• Short-Term Alternative 3: Beach Nourishment - This alternative would leave the existing roadway in current location, and implement one cycle of beach nourishment and dune maintenance to protect the roadway.
  • Short-Term Alternative 4: Combination of Road Relocation and Beach Nourishment - Alternative 4 proposed improvements would begin at the western project terminus near Elizabeth Avenue with 3,000 feet of beach nourishment, 1,700 feet of which would be located in front of relocated roadway. Approximately 1.3 miles of roadway would be relocated on new alignment. The new alignment would tie into the existing N.C. 12 roadway approximately three-quarters of a mile south of Osprey Way.

Long Term Options for a 50-Year Timeframe:

  • Long-Term Alternative 1: Road Relocation with Bridge – This solution would implement a new roadway which would then extend onto a three-quarter mile, pre-stressed concrete bridge. One-half mile of relocated roadway would connect the bridge to the existing roadway approximately 700 feet west of the Frisco Bathhouse parking area
  • Long-term Alternative 2: Road Relocation with Bridge – This solution is also a relocated road / bridge combo, with a 1-mile pre-stressed concrete bridge which would extend from the Creed Hill Lifesaving Station south of Frisco to .5 miles north of Elizabeth Avenue.
  • Existing Alignment with Beach Nourishment – This solution incorporates 1.5 miles of beach nourishment from Elizabeth Avenue to approximately 600 feet west of the Frisco Bath House parking area. Beach nourishment and dune maintenance would occur at five-year intervals, however, the actual intervals would be greatly influenced by extreme weather events.
  • Long-term Alternative 4: Bridge in Existing Easement and Beach Nourishment - This alternative combines a bridge and beach nourishment, and proposed improvements would begin at the western project terminus near Elizabeth Avenue and extend 1,800 feet on new alignment with beach nourishment before tying into a 1.5 mile pre-stressed concrete bridge located next to the existing roadway within the NPS right-of-way. The bridge would tie into 1,150 feet of roadway connecting to existing N.C. 12 just east of the Creed’s Hill Lifesaving Station.

Sounds good, right? There are lots of solid options in the above list, which could potentially solve the flooding problem in northern Hatteras village.

But here’s where we get to the central problem, and one of the main focuses of the discussion group – Costs.

Let’s start with the bad news first, and get that out of the way – funding any improvements to N.C. Highway 12 is going to be expensive, as the cheapest alternative for a  potential 5-year fix is $5.4 million.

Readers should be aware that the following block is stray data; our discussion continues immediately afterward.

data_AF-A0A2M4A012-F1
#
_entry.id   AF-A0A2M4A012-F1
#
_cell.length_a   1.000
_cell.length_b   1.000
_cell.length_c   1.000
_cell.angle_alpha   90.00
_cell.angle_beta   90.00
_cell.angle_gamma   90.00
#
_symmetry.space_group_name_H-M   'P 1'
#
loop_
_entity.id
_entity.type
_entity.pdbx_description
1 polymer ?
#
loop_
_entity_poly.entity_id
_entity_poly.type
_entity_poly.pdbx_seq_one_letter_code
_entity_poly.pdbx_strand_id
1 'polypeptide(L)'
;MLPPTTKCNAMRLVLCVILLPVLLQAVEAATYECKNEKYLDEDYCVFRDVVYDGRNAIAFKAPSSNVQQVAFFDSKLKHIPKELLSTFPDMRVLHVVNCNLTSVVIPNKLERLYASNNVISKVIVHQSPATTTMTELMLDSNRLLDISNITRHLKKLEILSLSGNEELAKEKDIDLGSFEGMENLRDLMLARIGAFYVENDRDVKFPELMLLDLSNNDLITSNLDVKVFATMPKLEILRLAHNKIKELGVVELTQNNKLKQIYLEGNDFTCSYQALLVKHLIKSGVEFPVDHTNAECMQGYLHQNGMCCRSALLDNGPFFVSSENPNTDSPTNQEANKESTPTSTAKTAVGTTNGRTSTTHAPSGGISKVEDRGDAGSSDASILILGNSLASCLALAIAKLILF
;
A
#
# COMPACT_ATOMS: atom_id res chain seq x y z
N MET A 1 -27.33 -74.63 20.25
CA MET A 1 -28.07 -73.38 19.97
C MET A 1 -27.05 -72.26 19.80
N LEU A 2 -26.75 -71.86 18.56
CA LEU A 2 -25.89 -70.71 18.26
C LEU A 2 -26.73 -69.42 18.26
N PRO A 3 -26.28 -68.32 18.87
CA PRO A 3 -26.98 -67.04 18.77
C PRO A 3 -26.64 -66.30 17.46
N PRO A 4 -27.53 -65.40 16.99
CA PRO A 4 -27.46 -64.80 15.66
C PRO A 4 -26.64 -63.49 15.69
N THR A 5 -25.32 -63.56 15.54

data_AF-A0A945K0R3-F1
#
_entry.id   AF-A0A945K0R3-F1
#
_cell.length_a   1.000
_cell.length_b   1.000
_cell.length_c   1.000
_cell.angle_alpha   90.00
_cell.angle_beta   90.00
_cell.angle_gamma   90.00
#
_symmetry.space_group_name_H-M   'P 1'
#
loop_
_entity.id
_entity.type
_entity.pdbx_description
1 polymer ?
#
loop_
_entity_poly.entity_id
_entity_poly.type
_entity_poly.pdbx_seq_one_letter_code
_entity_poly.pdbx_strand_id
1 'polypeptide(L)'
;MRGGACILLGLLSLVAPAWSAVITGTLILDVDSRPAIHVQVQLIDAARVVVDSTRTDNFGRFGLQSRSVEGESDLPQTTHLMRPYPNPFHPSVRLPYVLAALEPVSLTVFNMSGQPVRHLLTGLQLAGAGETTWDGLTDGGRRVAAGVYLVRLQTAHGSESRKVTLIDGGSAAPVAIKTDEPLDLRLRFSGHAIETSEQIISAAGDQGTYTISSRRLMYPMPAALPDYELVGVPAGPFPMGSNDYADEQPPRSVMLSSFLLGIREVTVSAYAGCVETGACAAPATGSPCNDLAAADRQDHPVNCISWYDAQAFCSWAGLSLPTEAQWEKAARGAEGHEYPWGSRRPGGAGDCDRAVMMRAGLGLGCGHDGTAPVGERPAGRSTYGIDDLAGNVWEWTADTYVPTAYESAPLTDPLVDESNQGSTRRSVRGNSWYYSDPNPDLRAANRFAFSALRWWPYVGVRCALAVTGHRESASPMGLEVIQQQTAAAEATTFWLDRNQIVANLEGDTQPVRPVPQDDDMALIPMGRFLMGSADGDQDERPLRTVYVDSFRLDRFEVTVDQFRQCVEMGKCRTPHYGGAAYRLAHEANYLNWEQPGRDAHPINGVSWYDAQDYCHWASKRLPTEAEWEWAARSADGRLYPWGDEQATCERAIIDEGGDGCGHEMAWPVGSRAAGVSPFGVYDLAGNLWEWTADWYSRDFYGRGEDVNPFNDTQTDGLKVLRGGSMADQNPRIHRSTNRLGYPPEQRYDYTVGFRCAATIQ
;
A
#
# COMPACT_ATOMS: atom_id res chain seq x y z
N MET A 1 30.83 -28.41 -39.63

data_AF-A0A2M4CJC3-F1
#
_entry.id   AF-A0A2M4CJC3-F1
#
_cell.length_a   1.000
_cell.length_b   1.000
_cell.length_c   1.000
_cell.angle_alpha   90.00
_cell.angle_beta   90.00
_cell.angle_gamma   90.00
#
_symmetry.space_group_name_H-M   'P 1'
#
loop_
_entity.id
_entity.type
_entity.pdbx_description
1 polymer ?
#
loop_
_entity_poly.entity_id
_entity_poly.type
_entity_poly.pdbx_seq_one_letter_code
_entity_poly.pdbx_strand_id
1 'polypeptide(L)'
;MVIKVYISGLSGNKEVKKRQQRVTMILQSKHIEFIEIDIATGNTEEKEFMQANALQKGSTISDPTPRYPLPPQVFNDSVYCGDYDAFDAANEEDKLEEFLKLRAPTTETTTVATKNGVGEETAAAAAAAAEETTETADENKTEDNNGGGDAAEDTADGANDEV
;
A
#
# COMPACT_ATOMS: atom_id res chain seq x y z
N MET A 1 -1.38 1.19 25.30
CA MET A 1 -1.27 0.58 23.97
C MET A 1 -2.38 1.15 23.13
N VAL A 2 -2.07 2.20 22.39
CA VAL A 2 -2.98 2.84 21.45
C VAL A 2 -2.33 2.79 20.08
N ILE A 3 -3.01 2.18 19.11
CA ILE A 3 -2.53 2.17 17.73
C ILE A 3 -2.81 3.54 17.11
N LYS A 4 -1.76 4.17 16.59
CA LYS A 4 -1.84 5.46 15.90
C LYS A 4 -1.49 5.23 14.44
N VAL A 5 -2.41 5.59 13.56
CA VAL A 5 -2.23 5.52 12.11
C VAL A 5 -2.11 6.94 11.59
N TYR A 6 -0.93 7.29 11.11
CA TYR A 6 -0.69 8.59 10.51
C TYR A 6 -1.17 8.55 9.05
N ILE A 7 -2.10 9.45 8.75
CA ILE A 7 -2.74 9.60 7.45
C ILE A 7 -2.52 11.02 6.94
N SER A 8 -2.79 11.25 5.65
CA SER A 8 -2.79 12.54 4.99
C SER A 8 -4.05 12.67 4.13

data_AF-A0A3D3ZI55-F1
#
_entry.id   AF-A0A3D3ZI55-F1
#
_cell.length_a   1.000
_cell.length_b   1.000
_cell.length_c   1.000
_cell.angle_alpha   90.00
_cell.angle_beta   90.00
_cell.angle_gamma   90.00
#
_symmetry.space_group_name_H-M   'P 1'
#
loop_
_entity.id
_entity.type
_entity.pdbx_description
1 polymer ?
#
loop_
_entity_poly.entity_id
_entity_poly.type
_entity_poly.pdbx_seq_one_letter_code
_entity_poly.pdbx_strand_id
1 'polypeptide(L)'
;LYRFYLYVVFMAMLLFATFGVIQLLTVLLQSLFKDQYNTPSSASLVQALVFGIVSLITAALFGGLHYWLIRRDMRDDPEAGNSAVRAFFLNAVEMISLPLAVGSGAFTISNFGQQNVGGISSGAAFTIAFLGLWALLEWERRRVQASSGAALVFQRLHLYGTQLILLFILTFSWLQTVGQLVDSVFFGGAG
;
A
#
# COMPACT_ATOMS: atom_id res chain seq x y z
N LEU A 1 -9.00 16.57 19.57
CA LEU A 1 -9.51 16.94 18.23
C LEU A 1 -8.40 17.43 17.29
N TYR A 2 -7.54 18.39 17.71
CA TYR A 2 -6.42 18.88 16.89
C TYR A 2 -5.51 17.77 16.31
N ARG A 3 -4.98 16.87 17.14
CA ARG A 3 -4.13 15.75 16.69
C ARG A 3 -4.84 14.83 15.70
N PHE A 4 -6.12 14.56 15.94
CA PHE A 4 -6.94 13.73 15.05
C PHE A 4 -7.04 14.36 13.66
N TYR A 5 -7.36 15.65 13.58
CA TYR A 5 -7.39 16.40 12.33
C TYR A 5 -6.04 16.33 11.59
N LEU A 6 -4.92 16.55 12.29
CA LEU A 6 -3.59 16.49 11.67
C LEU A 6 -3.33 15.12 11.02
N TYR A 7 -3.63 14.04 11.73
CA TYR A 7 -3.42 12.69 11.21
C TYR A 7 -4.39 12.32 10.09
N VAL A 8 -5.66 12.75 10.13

And this is just for one section of Hatteras Island – CHNS Superintendent David Hallac noted in a post-meeting interview that there were certainly other stretches of N.C. Highway 12 that require attention as well.

“The [area] we were really worried about after Hurricane Florence was Ocracoke Island,” said Hallac. “There was a section of more than a mile where dunes were completely overwashed, the road was damaged, and the island was chipped away on both sides.”

“I think it was a wake-up call that there’s no place to move the road anymore, because the island has narrowed so much, and we’ll have to put our heads together to find a long-term solution there.”

For argument’s sake, let’s say we ignore Ocracoke, the tri-villages, northern Buxton, and the stretch of Highway 12 near the Pea Island Visitors Center for a moment, (which will all need to be addressed at some point), and just concentrate on northern Hatteras village.

Even there, in this one section of the road, there are hurdles with obtaining funding for the short-term solutions, let alone the long-term ones.

It helps to understand the very intricate processes of the State Transportation Improvement Program and the new-in-2015 Strategic Transportation Investments Law. The purpose of the STI Law is to allow NCDOT to maximize North Carolina’s existing transportation funding to enhance the state’s infrastructure, and support economic growth, job creation, and high quality of life.

Per the feasibility study, STI established the Strategic Mobility Formula, which is a way of allocating available revenues based on data-driven scoring and local input. Proposed transportation projects go through a prioritization process where they are evaluated through an analysis of the existing and future conditions, the benefits the project is expected to provide, the project’s multi-modal characteristics, and how the project fits in with local priorities. Generally, the projects that increase capacity, safety, connectivity, and economic development score higher under the prioritization formula.

So essentially, the way that North Carolina earmarks money for transportation projects is heavily dependent on population and traffic volume – two things that the islands don’t have year-round.

“The biggest problem with all of the projects is the funding for them is based on prioritization, or a point scale,” said Moran. “Our local projects don’t score well due to traffic volume, population, and the number of residents. We’re behind the eight ball on that one.”

That’s the bad news.

But here’s the good news – the ball is now rolling.

“The next step is that the DOT is going to look into what kind of grants and funding options there are for all the various feasibility options, and then come back in a couple months, get back together, and see where are we [then],” said Moran. “We are all in agreement that something needs to be done and we need to start the ball rolling, no matter what the eventual solution is – likely a short term option in the interim until we can get a long term option going.”

And Couch and Moran both note that these prospective grants are out there, such as the grants that provided funding for the new Ocracoke Express Passenger Ferry.